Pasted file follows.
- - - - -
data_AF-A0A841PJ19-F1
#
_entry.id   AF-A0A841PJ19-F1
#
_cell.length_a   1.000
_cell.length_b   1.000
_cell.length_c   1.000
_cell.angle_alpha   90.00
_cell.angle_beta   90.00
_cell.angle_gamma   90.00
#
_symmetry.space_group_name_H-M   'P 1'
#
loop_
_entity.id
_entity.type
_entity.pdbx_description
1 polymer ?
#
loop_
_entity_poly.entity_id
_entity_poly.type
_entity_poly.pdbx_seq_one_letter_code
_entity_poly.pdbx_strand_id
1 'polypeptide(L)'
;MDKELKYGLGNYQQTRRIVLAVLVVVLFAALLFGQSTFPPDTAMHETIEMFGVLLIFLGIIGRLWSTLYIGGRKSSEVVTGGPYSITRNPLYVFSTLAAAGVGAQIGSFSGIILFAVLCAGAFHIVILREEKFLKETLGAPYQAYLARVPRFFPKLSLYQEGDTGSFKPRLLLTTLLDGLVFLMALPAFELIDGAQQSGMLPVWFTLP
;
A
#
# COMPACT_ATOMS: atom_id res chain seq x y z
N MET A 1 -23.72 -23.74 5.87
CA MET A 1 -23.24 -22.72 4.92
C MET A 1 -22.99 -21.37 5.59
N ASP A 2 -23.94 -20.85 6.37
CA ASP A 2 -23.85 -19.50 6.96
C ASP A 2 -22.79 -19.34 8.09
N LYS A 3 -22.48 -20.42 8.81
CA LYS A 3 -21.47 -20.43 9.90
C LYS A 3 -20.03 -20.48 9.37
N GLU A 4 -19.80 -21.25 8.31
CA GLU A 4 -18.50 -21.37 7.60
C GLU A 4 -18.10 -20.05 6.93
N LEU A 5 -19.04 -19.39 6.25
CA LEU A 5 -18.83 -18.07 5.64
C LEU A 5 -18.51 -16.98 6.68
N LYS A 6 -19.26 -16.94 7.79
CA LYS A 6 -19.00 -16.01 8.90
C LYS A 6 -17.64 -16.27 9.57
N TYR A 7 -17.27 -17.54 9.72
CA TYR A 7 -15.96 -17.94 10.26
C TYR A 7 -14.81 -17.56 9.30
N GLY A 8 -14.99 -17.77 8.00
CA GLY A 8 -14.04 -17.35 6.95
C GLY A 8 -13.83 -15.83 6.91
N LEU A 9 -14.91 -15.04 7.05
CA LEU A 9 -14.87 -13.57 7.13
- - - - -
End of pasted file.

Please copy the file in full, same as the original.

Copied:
data_AF-A0A841PJ19-F1
#
_entry.id   AF-A0A841PJ19-F1
#
_cell.length_a   1.000
_cell.length_b   1.000
_cell.length_c   1.000
_cell.angle_alpha   90.00
_cell.angle_beta   90.00
_cell.angle_gamma   90.00
#
_symmetry.space_group_name_H-M   'P 1'
#
loop_
_entity.id
_entity.type
_entity.pdbx_description
1 polymer ?
#
loop_
_entity_poly.entity_id
_entity_poly.type
_entity_poly.pdbx_seq_one_letter_code
_entity_poly.pdbx_strand_id
1 'polypeptide(L)'
;MDKELKYGLGNYQQTRRIVLAVLVVVLFAALLFGQSTFPPDTAMHETIEMFGVLLIFLGIIGRLWSTLYIGGRKSSEVVTGGPYSITRNPLYVFSTLAAAGVGAQIGSFSGIILFAVLCAGAFHIVILREEKFLKETLGAPYQAYLARVPRFFPKLSLYQEGDTGSFKPRLLLTTLLDGLVFLMALPAFELIDGAQQSGMLPVWFTLP
;
A
#
# COMPACT_ATOMS: atom_id res chain seq x y z
N MET A 1 -23.72 -23.74 5.87
CA MET A 1 -23.24 -22.72 4.92
C MET A 1 -22.99 -21.37 5.59
N ASP A 2 -23.94 -20.85 6.37
CA ASP A 2 -23.85 -19.50 6.96
C ASP A 2 -22.79 -19.34 8.09
N LYS A 3 -22.48 -20.42 8.81
CA LYS A 3 -21.47 -20.43 9.90
C LYS A 3 -20.03 -20.48 9.37
N GLU A 4 -19.80 -21.25 8.31
CA GLU A 4 -18.50 -21.37 7.60
C GLU A 4 -18.10 -20.05 6.93
N LEU A 5 -19.04 -19.39 6.25
CA LEU A 5 -18.83 -18.07 5.64
C LEU A 5 -18.51 -16.98 6.68
N LYS A 6 -19.26 -16.94 7.79
CA LYS A 6 -19.00 -16.01 8.90
C LYS A 6 -17.64 -16.27 9.57
N TYR A 7 -17.27 -17.54 9.72
CA TYR A 7 -15.96 -17.94 10.26
C TYR A 7 -14.81 -17.56 9.30
N GLY A 8 -14.99 -17.77 8.00
CA GLY A 8 -14.04 -17.35 6.95
C GLY A 8 -13.83 -15.83 6.91
N LEU A 9 -14.91 -15.04 7.05
CA LEU A 9 -14.87 -13.57 7.13